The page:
In 2006, seeing the severe impact of Katrina on the vulnerable segments of communities, the BCCPD created the Emergency Preparedness for People With Disabilities Committee (EPPDC), with an inclusive membership of emergency management professionals, representatives of government agencies and members of the BCCPD community. Emergency Preparedness Project has been a leader in promoting the inclusion of people with disabilities in emergency preparedness in BC and Canada. Through a partnership with Volunteer Canada, this project trained over 200 individuals representing over 120 community organizations from BC, Yukon, Alberta, Ontario and New Brunswick in emergency planning for people with disabilities.

The training manual that accompanies the program, Prepare to Survive - Prepare to Help, is full of exercises and resources for community groups who want to play a role in emergency planning and response in their communities. Building from this program, EPPDC then developed Strategic Inclusive Training for Emergencies (SITE) that is specifically for businesses to include employees and clients in emergency preparedness plans.

Emergency planning cannot be designed only for large-scale events or the “big one”. Everyday emergencies in any community can have a devastating impact on vulnerable people. In November 2011, a deaf couple living in Bowmanville, Ontario narrowly escaped death when their apartment building was destroyed by fire. Not able to hear the building’s fire alarms, the sleeping couple was not aware of their dire predicament. First arriving fire crews were told by building residents that everyone had evacuated, so firefighters went straight to work fighting the fire.  It was a very startled firefighter who encountered the couple in a hallway as they were attempting to flee.  This happens all too often in communities around the world, with firefighters or paramedics responding to an incident unaware of the complete circumstances that may have tragic consequences.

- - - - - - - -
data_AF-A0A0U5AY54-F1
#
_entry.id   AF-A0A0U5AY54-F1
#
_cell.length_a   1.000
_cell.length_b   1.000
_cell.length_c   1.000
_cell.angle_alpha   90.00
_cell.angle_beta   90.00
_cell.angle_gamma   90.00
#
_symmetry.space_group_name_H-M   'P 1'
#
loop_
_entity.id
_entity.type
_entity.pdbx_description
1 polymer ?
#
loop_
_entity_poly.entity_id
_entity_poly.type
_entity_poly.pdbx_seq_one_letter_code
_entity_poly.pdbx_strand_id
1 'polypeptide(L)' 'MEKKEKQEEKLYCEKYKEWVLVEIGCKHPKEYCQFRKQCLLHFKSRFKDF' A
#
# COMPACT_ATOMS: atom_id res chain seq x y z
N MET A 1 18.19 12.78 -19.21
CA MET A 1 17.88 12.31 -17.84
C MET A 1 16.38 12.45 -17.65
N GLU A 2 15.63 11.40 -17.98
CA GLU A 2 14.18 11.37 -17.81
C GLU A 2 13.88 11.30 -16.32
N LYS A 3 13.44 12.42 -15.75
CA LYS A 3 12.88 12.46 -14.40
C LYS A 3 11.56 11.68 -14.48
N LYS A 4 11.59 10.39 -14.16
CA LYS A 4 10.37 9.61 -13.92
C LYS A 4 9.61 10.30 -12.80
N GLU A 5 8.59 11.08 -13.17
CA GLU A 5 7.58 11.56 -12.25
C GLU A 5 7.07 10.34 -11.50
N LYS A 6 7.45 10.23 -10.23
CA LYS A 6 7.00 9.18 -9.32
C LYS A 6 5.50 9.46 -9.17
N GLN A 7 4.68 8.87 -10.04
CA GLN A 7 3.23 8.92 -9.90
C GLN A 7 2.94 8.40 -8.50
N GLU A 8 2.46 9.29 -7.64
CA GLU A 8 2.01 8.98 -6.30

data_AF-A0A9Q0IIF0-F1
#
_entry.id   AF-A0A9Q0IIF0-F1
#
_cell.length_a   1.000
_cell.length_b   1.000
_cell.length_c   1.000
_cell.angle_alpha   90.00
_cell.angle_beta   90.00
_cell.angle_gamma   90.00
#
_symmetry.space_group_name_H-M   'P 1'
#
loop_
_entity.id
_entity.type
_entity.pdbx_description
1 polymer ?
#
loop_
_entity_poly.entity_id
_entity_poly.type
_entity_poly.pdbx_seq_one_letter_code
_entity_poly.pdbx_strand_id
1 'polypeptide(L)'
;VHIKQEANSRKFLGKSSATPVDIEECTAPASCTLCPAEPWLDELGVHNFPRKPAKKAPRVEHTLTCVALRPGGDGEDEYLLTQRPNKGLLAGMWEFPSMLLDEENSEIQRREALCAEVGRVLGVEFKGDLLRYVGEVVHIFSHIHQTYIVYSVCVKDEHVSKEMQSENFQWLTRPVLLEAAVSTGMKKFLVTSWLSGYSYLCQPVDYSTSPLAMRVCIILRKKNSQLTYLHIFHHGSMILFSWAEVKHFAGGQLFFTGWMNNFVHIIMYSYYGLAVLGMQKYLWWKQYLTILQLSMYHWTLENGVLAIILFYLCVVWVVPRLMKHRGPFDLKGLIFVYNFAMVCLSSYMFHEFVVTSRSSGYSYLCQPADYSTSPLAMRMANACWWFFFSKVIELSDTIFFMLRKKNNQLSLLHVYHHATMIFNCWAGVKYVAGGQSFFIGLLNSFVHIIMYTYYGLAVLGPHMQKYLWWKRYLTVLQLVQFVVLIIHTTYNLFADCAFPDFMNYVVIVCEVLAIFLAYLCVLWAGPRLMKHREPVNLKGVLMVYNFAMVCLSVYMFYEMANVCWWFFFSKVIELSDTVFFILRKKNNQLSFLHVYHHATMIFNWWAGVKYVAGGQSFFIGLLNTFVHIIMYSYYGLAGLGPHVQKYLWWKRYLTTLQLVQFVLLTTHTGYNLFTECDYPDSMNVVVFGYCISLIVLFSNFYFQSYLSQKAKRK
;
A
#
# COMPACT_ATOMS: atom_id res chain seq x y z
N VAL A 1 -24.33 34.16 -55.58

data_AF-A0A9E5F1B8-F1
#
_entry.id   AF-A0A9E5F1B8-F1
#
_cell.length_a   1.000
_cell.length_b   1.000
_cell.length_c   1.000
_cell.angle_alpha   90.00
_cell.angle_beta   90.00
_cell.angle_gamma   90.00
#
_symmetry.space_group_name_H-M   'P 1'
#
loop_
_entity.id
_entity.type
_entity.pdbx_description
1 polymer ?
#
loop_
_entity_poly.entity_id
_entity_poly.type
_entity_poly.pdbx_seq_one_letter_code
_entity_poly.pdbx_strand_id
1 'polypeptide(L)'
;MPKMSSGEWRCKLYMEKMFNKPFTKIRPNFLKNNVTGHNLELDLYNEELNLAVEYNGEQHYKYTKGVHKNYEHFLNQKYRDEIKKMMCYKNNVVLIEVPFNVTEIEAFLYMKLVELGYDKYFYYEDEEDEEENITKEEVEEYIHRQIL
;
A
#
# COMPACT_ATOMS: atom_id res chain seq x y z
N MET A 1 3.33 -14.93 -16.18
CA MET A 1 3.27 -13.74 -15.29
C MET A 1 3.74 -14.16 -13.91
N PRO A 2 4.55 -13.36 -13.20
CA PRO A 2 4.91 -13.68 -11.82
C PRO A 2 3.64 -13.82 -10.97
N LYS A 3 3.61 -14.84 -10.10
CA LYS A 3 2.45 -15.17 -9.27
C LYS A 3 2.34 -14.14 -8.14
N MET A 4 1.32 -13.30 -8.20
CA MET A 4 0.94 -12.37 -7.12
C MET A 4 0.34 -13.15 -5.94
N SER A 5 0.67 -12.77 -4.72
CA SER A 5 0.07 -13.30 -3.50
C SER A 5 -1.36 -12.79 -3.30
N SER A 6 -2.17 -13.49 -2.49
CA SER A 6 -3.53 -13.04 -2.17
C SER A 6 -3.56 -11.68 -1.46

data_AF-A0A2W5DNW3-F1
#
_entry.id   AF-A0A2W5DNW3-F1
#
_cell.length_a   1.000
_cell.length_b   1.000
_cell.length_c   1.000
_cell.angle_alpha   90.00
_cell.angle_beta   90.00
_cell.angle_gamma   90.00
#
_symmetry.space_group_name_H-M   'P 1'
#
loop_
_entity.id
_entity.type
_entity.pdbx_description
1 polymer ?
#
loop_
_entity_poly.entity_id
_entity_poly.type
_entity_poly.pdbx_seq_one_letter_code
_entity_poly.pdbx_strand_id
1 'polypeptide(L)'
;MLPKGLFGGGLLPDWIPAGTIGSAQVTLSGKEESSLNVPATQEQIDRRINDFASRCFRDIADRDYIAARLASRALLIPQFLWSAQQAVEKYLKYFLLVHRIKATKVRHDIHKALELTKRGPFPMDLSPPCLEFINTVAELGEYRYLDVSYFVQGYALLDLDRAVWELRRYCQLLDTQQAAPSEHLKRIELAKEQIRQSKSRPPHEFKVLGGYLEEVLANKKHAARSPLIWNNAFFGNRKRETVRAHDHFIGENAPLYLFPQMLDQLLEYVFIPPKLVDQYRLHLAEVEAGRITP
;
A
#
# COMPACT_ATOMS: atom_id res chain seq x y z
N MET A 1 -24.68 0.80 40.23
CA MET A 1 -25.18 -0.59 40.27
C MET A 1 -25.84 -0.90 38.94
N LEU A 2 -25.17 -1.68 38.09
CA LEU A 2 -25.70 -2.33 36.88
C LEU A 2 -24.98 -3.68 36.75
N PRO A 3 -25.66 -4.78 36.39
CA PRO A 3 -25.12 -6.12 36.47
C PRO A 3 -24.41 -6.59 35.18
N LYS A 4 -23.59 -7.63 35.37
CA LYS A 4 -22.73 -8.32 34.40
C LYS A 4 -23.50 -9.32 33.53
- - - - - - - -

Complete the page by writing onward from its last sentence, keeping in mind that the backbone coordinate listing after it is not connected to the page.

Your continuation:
There two sides to the situation – personal responsibility for one’s wellbeing as well as the ability of first responders or emergency personnel to meet public expectations. Often, individuals take little or no responsibility for their situation or personal preparedness while emergency response personnel face unrealistic expectations. EPPDC undertook a project that would engage the entire community in emergency planning with a goal of creating long-term cross-sector relationships by including emergency management professionals and first responders as well as employees of disability organizations. Beyond simply raising awareness of these groups, the EPPDC sought at the same time to raise awareness within the community of those most at risk – the disabled and vulnerable, with the aim of assisting these people to create personal preparedness plans and build personal support networks.